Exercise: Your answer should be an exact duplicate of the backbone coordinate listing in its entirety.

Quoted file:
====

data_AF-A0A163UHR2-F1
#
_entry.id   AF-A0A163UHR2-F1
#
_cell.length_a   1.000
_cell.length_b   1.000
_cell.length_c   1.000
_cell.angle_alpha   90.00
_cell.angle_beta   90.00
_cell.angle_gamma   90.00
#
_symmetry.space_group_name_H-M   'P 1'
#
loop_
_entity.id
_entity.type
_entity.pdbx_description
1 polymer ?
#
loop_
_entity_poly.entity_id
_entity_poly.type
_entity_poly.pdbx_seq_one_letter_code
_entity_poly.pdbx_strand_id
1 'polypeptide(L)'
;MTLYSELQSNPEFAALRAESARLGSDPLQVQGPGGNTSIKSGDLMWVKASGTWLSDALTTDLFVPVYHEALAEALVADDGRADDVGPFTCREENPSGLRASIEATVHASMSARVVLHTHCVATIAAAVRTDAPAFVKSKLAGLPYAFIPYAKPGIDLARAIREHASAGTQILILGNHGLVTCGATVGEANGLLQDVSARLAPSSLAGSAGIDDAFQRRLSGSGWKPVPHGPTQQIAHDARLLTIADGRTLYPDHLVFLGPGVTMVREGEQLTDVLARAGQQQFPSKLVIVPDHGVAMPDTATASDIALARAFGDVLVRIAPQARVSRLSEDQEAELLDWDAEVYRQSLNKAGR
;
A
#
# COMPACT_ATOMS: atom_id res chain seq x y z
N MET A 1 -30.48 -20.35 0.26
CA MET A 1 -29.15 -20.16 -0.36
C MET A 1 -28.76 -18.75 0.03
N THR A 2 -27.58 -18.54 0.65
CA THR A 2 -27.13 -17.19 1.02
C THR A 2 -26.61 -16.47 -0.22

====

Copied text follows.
data_AF-A0A163UHR2-F1
#
_entry.id   AF-A0A163UHR2-F1
#
_cell.length_a   1.000
_cell.length_b   1.000
_cell.length_c   1.000
_cell.angle_alpha   90.00
_cell.angle_beta   90.00
_cell.angle_gamma   90.00
#
_symmetry.space_group_name_H-M   'P 1'
#
loop_
_entity.id
_entity.type
_entity.pdbx_description
1 polymer ?
#
loop_
_entity_poly.entity_id
_entity_poly.type
_entity_poly.pdbx_seq_one_letter_code
_entity_poly.pdbx_strand_id
1 'polypeptide(L)'
;MTLYSELQSNPEFAALRAESARLGSDPLQVQGPGGNTSIKSGDLMWVKASGTWLSDALTTDLFVPVYHEALAEALVADDGRADDVGPFTCREENPSGLRASIEATVHASMSARVVLHTHCVATIAAAVRTDAPAFVKSKLAGLPYAFIPYAKPGIDLARAIREHASAGTQILILGNHGLVTCGATVGEANGLLQDVSARLAPSSLAGSAGIDDAFQRRLSGSGWKPVPHGPTQQIAHDARLLTIADGRTLYPDHLVFLGPGVTMVREGEQLTDVLARAGQQQFPSKLVIVPDHGVAMPDTATASDIALARAFGDVLVRIAPQARVSRLSEDQEAELLDWDAEVYRQSLNKAGR
;
A
#
# COMPACT_ATOMS: atom_id res chain seq x y z
N MET A 1 -30.48 -20.35 0.26
CA MET A 1 -29.15 -20.16 -0.36
C MET A 1 -28.76 -18.75 0.03
N THR A 2 -27.58 -18.54 0.65
CA THR A 2 -27.13 -17.19 1.02
C THR A 2 -26.61 -16.47 -0.22